The people holding me were talking and reassuring me all the time and the sound of their soft voices and their gentle touching of me made me feel calmer. I wasn’t so afraid!
The stirrup irons are tied to the girth with a piece of string so that they can’t flap and give me a fright when I move around. After I’d been led around a few times they untied the string.
After a few days I was calm and confident. I was ready to have someone upon my back. Before she mounted she reassured me in a soothing voice. Slowly one of the adults eased her upon my back while the other firmly held my bridle.
She was lying across the saddle on her stomach, her head was on one side and her feet were dangling on the other side. As the girl was lying across the saddle she stroked gently patted and spoke softly to me.
The girl slowly eased herself upright upon the saddle. At first I was a bit frightened but the sound of her voice and the gentle touch of her soft hands reassured me. When I was relaxed she slowly slid off my back. She then stood patiently beside me and spoke and patted me again.
Then she put her foot in the stirrup iron and hoisted herself up onto the saddle again. She did this to me about four times until I was very relaxed.
When I was moving along with ease the girl rode me without any assistants! I’d done it! Yippee! I promised myself that I was going to be the best pony that Andrea ever rode!
Gambit informed me that kids shouldn’t get ponies that haven’t been broken in before; we’re not aware of how dangerous we can be and can hurt our young riders, this is usually because the owner or their parents were impatient and rushed the backing of a pony, and therefore the pony hasn’t been trained properly.
I’m glad that everyone had loads of patience with me so I’ll never hurt Andrea!
Finally I was given the grand name of Mr. Toffee.
One day Delight, Jam and I escape from our paddock. Silverna and Sultan see us and call us over, “What are you doing out of your paddock?” asks Sultan.
“Someone left the gate open of our paddock!” I cheerfully reply.
Sultan and Silverna shake their heads, “Please don’t go off the farm! It’s very dangerous! Ask Sunshine about her friend that also ran out of his paddock!” says Sultan gruffly as he angrily snorts and stamps his shiny black hoof.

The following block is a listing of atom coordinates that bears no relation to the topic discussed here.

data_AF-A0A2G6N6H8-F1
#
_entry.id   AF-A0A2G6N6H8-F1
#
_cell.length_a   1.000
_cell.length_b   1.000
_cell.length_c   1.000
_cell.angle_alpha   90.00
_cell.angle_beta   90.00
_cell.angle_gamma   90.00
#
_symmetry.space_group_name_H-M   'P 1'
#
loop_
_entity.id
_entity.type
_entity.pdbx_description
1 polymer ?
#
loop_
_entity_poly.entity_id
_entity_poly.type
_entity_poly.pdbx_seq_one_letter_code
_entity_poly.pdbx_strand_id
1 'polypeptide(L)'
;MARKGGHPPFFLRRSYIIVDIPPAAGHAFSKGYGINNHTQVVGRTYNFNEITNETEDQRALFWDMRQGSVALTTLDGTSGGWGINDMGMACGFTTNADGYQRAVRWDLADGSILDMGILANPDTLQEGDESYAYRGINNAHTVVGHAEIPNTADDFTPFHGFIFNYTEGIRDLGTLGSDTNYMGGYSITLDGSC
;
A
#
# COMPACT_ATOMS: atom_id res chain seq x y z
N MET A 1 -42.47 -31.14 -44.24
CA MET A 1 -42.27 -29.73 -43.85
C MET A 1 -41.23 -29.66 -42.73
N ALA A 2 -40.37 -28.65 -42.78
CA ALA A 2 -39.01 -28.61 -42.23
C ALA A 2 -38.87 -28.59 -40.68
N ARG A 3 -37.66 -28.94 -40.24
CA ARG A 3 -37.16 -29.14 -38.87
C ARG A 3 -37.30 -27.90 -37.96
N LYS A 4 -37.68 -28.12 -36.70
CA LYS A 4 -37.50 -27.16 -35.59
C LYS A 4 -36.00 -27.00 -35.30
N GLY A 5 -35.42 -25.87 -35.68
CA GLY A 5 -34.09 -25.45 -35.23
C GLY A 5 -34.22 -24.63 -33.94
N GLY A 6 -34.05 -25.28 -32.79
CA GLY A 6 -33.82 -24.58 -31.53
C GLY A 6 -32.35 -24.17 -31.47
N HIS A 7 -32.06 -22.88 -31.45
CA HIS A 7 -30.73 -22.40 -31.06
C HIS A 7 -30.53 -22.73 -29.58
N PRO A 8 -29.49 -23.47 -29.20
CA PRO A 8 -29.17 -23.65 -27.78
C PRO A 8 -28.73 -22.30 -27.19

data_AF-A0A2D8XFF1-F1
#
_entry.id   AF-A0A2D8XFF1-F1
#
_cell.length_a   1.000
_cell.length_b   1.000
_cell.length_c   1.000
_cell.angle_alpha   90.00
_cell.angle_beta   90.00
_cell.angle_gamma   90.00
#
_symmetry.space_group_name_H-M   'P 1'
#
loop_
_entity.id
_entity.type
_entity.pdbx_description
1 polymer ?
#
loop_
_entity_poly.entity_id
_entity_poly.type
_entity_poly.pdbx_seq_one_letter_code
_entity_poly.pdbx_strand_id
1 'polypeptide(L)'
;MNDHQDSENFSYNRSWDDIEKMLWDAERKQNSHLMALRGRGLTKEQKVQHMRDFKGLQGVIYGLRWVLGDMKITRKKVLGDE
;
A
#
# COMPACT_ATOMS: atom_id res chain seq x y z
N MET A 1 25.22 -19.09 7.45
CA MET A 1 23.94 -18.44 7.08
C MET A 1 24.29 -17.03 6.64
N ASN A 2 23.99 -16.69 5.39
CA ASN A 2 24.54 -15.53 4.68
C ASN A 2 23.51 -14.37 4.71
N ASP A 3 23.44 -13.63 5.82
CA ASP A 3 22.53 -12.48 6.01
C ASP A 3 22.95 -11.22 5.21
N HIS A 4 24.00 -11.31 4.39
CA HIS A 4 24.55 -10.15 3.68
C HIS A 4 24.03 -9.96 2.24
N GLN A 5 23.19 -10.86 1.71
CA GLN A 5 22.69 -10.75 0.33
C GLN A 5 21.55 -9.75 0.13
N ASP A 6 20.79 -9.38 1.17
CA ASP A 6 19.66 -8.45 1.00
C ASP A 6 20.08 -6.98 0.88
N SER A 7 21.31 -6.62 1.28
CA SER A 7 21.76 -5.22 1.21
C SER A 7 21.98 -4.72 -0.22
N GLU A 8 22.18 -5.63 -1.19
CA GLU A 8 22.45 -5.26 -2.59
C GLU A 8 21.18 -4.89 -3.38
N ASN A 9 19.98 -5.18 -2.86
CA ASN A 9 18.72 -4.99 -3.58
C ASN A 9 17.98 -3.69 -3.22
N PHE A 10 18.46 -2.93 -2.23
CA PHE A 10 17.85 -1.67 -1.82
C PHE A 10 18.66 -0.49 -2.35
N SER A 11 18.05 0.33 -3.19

I can’t help but notice that Sultan’s coat gleams like burnished ebony and Silverna’s looks like liquid silver as she moves.
After admiring them for a while we neigh our goodbyes and briskly trot off towards Gambit and Sunshine, they leave the shade of the big tree and gallop up to greet us, “Hello!” they chorus.
“Hi!” I greet them, “Sultan told me to ask you about your friend Sunshine that also escaped from his paddock?”
Sunshine shakes her pretty head and looks sad as she answers me, “He ran out onto the road. A truck hit him and he was badly injured!”
We all gasp in horror!
“We’ll never do that!” we promise them.
Gambit and Sunshine are also glossy and well fed; they aren’t stabled at night but live in their envious field that’s surrounded by thick, tall hedges that keeps the cold wind out.
Their owners never brush the dirt and oil from under their coats because they know that’s nature’s natural warming blanket and raincoat that’ll protect them against cold and rain. Every day they brush them with a body brush so they sparkle in the sunshine and their long manes and neat tails are free of knots and look as smooth as silk. They’re both well cared for!
Andrea and her parents find us standing there chatting away to our friends and lead us back into our paddock.
I’m glad that I spoke to Silverna, Sultan, Sunshine and Gambit and I know that I’ll speak to them again when Andrea takes me for a ride!
I qualified at Stonyhurst Horsemastership College-
affiliated to the Association of British Riding Schools, 1989, in the following
subjects: Riding Instruction, Stable Management, Equitation and Lungeing
(incorporating the backing of horses and ponies).